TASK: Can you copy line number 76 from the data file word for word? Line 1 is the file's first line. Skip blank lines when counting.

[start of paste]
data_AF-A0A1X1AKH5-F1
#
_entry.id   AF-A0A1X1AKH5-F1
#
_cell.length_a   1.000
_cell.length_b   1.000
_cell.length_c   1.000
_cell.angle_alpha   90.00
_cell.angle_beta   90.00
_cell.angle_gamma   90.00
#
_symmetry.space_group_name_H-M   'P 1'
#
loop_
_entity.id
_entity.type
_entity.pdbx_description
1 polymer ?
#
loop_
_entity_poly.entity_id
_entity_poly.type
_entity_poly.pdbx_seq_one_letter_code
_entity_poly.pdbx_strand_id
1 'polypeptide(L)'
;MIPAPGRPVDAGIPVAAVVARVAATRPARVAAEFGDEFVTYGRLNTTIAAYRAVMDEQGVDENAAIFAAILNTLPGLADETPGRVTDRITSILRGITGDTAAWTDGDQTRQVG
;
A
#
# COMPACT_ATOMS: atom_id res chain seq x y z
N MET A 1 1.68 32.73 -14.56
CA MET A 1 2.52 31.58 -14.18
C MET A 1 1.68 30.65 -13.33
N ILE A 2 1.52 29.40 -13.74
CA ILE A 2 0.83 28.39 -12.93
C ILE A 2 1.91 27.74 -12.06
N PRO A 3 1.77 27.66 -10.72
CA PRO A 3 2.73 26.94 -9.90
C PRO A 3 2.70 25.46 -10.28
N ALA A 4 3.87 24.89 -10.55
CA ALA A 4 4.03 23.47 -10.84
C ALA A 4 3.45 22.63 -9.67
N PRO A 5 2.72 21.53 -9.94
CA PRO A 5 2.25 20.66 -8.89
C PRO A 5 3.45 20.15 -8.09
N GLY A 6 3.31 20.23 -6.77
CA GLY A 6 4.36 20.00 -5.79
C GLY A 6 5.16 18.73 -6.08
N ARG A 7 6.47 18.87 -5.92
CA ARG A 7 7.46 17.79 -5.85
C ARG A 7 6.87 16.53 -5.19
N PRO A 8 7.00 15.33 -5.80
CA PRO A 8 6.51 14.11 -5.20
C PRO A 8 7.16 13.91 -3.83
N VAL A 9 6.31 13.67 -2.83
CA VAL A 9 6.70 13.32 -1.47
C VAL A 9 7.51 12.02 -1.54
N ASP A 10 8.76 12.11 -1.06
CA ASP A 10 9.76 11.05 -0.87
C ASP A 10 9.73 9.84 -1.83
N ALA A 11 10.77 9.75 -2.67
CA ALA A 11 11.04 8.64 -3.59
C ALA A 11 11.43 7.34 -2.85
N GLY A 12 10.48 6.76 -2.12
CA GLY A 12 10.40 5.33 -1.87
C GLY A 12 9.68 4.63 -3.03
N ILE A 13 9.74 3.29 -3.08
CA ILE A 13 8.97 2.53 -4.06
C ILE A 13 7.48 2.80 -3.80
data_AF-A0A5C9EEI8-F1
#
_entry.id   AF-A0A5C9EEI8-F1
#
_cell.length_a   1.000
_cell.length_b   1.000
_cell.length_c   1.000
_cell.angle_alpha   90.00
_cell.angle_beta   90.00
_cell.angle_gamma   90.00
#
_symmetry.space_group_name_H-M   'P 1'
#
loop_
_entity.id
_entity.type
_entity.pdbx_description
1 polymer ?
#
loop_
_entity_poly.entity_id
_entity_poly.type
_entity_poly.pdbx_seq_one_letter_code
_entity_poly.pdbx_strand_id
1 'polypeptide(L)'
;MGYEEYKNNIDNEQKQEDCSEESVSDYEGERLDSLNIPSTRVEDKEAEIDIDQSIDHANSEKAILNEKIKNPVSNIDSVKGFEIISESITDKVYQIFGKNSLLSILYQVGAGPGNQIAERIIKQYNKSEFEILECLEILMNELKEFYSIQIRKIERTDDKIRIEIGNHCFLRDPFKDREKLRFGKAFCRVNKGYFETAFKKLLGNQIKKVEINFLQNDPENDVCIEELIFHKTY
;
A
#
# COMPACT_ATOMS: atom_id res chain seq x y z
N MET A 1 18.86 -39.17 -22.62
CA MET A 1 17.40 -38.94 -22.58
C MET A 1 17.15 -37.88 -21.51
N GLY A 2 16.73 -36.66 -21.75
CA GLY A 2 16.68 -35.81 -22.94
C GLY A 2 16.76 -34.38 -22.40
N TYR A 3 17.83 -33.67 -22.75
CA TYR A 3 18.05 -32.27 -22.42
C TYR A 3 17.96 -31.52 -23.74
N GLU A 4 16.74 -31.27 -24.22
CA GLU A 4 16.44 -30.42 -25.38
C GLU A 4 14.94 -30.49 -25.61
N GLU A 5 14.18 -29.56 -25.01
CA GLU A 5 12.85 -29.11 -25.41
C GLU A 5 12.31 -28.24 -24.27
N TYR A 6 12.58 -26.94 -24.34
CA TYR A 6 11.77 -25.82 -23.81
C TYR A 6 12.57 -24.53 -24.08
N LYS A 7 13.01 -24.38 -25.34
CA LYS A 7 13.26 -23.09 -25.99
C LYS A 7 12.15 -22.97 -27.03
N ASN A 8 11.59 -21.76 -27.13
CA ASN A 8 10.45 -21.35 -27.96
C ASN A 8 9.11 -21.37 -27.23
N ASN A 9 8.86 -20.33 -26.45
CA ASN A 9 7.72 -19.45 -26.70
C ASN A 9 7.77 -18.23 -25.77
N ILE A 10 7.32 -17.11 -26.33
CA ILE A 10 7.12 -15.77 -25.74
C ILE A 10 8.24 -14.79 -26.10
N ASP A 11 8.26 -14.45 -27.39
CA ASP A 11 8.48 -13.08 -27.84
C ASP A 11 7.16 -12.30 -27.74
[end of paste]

_cell.length_c   1.000